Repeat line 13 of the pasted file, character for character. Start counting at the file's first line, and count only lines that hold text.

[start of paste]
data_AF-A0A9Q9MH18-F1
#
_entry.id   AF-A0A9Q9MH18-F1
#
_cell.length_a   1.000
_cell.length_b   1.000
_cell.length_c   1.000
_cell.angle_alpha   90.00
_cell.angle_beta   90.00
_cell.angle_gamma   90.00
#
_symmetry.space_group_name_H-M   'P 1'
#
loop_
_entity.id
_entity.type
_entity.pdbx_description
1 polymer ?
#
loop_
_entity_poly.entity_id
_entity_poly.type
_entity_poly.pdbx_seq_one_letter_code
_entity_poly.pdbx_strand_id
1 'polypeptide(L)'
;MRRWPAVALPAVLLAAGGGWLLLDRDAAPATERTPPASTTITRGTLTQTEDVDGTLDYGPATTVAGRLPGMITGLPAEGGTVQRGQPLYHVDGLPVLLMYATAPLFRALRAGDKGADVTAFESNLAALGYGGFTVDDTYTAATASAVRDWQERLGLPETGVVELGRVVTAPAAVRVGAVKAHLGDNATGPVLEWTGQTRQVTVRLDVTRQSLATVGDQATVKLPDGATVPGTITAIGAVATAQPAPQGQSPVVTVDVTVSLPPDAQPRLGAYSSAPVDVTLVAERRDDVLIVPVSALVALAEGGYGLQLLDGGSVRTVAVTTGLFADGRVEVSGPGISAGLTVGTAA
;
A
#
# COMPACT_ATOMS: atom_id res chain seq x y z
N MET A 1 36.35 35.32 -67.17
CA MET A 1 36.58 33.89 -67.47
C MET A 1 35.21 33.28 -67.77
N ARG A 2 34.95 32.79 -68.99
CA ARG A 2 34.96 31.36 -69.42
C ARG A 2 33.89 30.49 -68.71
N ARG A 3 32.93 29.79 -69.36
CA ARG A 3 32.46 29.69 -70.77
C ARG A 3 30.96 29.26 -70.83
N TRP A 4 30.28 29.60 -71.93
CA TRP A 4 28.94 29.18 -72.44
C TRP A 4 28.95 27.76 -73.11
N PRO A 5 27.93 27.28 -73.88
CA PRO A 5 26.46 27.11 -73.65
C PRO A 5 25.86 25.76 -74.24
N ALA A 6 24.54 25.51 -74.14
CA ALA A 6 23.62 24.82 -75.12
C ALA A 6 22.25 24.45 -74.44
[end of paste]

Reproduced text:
#